Why the structural distortion only occur in the [110] plane of the SC structure? This peculiar phenomenon can be explained from a simple crystal field picture. When compressed, alkali metals often transform between simple close packed structures5. At higher density, the nearest-neighbour atoms form confining potential localizing empty orbitals of higher angular momentum and then mixed with the valence state21. The sd transition in Cs, first recognized by Sternheimer22, provided a good example of hybridization. In alkali and alkaline earth metals with low-lying d-orbitals the full realization of the sd transition is usually preceded by an intermediate pressure regime whereby unusually complex commensurate or incommensurate structures are observed23. A common feature of these high-density structures is their tendency to adopt planar packing of atoms5,21,23,24. The participation of d-orbitals results in the localization of electron density in the interstitial region. This point of view, although empirical, has helped to rationalize the structural features, transformation sequences and charge distribution in Rb and Cs21.

A previous calculation indicated that the d-character of the valence band increases substantially accompanying the BCC → SC structural transformation in Ca11. Therefore, it is reasonable to assume that the promotion of the 4s electron into the 3d orbital of Ca is the cause for the transformation. Since each Ca atom in the SC unit cell is surrounded by an octahedral arrangement of nearest neighbours, under the crystal field25 of the surrounding atoms, the d-orbital manifold splits into triply degenerate t2g and doubly degenerate eg sets of orbitals. As there are at most two valence 4s electrons, the promotion of an electron from 4s to 3d (4s2 → 4s3d) gives rise to a 2D state. Double excitation (4s2 → 3d2) will result in an 3F state. Both electronic states are orbitally degenerated and, according to the Jahn-Teller (JT) theorem26, a lower-energy structure can result from the distortion of the local octahedral environment to a lower symmetry. The lattice distortion, however, can be either static (permanent) or dynamic (fluctuating)26. Consider the case of a tetragonal distortion for which the Ca atoms in the axial positions move further away from the center of the octahedron; in that case, the schematic energy level diagram (Fig. 3) shows that the energy degeneracy of the t2g set of orbitals is lifted and the resulting degenerate 3dxz and 3dyz orbitals then have the lowest energy. Thus, as these orbitals were filled, the electron-electron interactions are dominated by the equatorial Ca atoms located in the plane. To test this hypothesis, the electron density of a two-dimensional (2D) square net of Ca was calculated. Indeed, it was found that the electrons do occupy the Ca 3dxz and 3dyz orbitals and the net charge density is localized above and below the plane of the atoms (Fig. 3). As an extension to the tri-dimensional case11, the electron density maximum in the center of the cube can be obtained from the stacking of these 2D networks in a proper way. It is worth noting that the structure27 and electron topology of tetragonal Cs IV28 can be rationalized as the result of an sd transition followed by a static JT distortion,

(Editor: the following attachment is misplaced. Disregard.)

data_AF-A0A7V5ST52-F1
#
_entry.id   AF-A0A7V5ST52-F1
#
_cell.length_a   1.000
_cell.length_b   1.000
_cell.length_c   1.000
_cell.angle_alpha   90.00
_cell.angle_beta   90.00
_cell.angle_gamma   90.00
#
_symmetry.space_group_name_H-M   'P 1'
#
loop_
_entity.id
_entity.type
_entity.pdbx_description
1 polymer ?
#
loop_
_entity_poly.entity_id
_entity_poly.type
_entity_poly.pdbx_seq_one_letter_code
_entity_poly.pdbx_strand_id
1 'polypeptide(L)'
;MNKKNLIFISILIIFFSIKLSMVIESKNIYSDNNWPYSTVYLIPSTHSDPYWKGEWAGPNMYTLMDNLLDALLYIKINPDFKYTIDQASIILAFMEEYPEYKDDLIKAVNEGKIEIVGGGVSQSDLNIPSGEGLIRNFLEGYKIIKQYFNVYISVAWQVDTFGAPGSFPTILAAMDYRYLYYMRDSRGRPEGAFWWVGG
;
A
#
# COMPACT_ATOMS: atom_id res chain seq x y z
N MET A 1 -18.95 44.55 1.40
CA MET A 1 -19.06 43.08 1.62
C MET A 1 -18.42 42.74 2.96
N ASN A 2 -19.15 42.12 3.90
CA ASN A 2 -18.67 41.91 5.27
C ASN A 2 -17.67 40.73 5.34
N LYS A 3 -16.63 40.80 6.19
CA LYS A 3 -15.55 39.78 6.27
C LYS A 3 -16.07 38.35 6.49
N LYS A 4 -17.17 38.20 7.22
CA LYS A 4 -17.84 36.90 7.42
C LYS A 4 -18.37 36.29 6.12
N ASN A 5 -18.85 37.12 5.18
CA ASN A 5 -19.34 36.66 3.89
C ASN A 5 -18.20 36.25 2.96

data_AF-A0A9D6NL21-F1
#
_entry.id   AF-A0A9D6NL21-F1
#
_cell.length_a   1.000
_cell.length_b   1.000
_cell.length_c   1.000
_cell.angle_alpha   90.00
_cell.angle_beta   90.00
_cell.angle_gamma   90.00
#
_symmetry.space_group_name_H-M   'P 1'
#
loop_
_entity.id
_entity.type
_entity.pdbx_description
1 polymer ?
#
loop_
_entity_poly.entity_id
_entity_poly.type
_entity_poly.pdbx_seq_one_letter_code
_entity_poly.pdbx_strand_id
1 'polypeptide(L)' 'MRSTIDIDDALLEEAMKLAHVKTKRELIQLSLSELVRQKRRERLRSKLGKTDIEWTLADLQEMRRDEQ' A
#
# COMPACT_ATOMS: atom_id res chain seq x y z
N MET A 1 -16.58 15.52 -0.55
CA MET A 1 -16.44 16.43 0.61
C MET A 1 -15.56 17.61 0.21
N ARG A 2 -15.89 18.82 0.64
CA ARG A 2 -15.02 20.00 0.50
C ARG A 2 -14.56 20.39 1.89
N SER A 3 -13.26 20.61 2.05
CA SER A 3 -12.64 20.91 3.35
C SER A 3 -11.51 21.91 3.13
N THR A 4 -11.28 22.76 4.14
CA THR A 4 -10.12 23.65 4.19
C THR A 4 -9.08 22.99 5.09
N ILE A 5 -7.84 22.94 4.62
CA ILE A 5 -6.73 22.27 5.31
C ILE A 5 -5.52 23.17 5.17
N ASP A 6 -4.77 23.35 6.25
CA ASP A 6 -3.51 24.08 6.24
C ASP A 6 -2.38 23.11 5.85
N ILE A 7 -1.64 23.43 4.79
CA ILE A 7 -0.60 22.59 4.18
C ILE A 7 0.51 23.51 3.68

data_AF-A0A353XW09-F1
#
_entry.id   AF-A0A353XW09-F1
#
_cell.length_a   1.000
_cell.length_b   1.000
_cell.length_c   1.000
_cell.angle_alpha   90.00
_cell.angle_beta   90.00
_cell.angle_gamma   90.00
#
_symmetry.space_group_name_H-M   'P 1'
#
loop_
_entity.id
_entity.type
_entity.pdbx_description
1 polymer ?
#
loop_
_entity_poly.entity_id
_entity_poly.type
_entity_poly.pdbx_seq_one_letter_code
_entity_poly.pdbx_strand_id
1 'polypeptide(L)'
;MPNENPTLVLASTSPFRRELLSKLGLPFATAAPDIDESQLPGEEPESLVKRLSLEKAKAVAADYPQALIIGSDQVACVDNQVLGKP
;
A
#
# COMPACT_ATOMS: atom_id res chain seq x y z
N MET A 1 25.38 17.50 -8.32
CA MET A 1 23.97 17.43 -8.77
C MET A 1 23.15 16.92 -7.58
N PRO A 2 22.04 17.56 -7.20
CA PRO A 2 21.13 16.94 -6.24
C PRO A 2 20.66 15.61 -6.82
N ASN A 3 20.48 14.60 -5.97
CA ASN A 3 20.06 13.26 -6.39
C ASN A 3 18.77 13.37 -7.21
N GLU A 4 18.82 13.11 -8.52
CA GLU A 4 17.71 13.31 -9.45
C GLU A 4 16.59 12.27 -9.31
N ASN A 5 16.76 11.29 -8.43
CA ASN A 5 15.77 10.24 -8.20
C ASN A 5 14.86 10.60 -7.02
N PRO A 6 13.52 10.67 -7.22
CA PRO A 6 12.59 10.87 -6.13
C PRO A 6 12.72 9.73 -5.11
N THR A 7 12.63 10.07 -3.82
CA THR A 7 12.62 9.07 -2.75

Figure 3: A schematic representation of possible Jahn-Teller distortion of Ca in the SC structure under the effect of the crystal field (for explanation, see text).
Figure 3

The JT theorem26 does not provide guidance per se as whether the lattice distortion is either static or dynamic. To this end, constant-pressure/constant temperature (NPT) ab initio MD simulations using the pseudopotential planewave method29 were carried out at several temperatures for the pressure of interest, namely, 42 GPa. A common observation arose from the calculations: the time-averaged structure remains cubic however significantly large lattice distortions are observed in the time domain. A representative trajectory obtained at 140 K is shown in Fig. 4: in this case, the 2×2×2 simulation cell fluctuates around the SC structure with an average cell length of 5.2 Å. Several lattice distortion events indicated by arrows in Fig. 4 were captured in during the course of the simulation. Note that for these events, the cell axes and angles did not distorted randomly. In all cases, when one of the cell angles deviated from 90° to 110°, a concomitant elongation of two cell axes to 5.4 Å was recorded. It is conceivable that on time average, all cell axes and angles are sampled equally and the resulting cell maintains indeed the cubic symmetry. We note that, as a significant result, the lattice distorts with the approximate cell parameters of a = b = 5.4Å, c = 5.1Å and α = β = 90°, γ = 110° which, incidentally, are close to the cell parameters of the predicted I41/amd structure8. The potential energy surface of the JT distortion is known to resemble a Mexican hat25, thus, inter-conversion dynamics as observed in the MD trajectories, sampled the potential energy surface without accessing the higher energy SC structure. The consequence of the dynamical fluctuations in dense Ca is that the cubic unit cell will present significant disorder in the [110] plane. As the atomic configuration is constantly changing, it is considered as highly fluxional. In agreement with previous ab initio studies9,10,11,12 the simple cubic structure is unstable at 0 K. Finite temperature lattice dynamics calculations, however, show the anharmonicity is reduced with increasing temperature and the simple cubic structure becomes dynamically stable at temperature higher than 200 K (Fig. 5). The observed small narrowing on the width of the (110) Bragg peak is consistent with the theoretical results.